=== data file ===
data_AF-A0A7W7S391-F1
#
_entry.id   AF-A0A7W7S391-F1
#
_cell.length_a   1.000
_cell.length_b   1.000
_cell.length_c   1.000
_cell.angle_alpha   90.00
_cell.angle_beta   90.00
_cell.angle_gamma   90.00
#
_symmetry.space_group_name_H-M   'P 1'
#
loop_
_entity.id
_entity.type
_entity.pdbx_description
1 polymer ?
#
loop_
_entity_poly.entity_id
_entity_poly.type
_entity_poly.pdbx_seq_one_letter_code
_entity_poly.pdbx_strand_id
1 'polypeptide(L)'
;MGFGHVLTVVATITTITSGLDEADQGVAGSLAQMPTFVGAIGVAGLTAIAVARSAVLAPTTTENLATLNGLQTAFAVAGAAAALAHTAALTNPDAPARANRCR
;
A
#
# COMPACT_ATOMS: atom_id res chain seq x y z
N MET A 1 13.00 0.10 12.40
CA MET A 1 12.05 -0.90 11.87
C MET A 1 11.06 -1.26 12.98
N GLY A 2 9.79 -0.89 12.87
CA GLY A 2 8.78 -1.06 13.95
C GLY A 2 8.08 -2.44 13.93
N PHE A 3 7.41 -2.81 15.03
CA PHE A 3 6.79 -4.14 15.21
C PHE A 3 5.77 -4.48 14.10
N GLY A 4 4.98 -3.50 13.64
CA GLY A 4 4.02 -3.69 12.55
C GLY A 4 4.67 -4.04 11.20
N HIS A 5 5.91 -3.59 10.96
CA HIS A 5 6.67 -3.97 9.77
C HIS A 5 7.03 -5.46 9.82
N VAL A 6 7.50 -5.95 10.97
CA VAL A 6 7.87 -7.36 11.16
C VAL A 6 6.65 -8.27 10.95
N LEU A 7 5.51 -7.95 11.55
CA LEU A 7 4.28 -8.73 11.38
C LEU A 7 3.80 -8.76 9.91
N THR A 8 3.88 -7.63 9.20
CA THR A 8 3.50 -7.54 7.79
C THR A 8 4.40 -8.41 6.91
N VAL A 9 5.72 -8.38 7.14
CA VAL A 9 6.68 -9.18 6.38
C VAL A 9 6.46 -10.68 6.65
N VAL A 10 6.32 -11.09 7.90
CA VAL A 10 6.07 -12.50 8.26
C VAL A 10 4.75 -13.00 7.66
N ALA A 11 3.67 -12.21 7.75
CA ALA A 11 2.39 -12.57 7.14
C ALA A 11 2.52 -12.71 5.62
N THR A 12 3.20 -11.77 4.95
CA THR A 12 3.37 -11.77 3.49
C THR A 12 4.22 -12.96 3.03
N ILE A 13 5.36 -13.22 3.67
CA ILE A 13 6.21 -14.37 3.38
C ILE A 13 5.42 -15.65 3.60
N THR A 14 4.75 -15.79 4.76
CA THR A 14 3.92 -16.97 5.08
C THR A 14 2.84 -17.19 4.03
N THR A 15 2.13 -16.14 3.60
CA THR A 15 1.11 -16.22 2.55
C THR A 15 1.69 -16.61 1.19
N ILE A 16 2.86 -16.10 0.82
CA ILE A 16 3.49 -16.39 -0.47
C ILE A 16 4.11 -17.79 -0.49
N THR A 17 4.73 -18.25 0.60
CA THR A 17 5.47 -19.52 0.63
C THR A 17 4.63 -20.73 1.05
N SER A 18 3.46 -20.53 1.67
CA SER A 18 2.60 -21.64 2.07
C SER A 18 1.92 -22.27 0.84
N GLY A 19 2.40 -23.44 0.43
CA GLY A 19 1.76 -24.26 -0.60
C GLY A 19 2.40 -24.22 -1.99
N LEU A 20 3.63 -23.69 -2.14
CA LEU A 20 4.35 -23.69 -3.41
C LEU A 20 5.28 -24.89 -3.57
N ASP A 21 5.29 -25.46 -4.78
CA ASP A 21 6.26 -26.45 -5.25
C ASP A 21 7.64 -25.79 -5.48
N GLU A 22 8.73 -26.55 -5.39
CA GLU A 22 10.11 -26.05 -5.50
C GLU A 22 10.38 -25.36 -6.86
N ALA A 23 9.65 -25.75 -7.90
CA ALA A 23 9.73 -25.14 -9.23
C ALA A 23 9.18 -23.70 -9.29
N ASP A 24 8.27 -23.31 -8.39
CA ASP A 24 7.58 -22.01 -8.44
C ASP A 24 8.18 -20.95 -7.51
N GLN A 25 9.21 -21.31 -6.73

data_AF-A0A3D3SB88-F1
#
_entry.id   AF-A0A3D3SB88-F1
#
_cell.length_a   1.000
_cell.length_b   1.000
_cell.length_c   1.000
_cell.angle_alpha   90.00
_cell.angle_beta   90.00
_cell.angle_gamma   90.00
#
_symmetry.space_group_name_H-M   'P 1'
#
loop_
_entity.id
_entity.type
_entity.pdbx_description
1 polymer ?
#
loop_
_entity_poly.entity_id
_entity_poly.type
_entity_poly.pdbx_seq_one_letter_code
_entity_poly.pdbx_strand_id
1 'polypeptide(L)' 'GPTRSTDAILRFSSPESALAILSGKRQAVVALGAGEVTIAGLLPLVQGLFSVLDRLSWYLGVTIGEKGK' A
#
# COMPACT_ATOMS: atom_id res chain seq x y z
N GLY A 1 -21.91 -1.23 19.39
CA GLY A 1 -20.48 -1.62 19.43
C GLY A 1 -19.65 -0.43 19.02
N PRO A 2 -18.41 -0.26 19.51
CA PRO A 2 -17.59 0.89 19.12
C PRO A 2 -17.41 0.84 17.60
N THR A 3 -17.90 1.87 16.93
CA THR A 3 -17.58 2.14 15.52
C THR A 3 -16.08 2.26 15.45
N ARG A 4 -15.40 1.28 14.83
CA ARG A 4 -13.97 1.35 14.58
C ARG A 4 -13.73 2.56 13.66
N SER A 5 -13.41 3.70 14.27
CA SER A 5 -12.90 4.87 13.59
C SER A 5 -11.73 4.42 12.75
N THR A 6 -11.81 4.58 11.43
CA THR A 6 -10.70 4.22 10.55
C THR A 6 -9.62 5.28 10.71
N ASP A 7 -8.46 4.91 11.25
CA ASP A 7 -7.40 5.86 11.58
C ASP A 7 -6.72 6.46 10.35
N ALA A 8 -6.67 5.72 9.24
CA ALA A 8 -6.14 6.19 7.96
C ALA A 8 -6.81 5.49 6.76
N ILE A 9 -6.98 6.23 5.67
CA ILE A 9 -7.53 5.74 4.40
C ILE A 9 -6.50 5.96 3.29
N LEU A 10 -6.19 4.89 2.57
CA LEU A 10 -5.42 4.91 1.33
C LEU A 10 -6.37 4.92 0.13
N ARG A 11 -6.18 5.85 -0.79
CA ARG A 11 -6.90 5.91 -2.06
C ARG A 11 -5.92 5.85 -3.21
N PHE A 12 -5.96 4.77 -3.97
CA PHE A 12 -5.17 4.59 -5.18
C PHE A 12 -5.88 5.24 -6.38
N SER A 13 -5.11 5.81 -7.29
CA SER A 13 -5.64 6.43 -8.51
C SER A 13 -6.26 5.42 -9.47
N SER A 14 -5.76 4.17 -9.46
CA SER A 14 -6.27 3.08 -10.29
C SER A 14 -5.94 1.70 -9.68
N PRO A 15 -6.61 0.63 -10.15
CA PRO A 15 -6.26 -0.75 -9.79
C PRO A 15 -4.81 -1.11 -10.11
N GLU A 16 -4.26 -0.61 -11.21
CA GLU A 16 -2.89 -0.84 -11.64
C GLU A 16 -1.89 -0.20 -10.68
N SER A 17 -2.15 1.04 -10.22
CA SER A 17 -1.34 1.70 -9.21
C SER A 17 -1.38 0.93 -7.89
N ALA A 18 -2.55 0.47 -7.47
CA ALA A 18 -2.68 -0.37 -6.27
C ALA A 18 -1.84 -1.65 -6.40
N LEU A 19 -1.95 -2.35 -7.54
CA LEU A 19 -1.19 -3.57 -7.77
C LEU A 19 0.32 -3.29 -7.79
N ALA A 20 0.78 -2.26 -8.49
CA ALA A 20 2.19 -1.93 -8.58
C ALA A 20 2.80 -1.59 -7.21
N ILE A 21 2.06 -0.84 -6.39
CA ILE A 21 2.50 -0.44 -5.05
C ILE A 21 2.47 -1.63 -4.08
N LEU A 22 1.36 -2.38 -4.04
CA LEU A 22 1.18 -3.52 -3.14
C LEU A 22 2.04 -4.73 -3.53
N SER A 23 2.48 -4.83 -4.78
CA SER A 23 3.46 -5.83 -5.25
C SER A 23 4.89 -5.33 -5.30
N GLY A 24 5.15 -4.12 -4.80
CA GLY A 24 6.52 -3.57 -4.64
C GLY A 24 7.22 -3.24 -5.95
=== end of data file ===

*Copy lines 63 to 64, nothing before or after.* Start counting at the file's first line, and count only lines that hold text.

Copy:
C ALA A 11 2.52 -12.71 5.62
N THR A 12 3.20 -11.77 4.95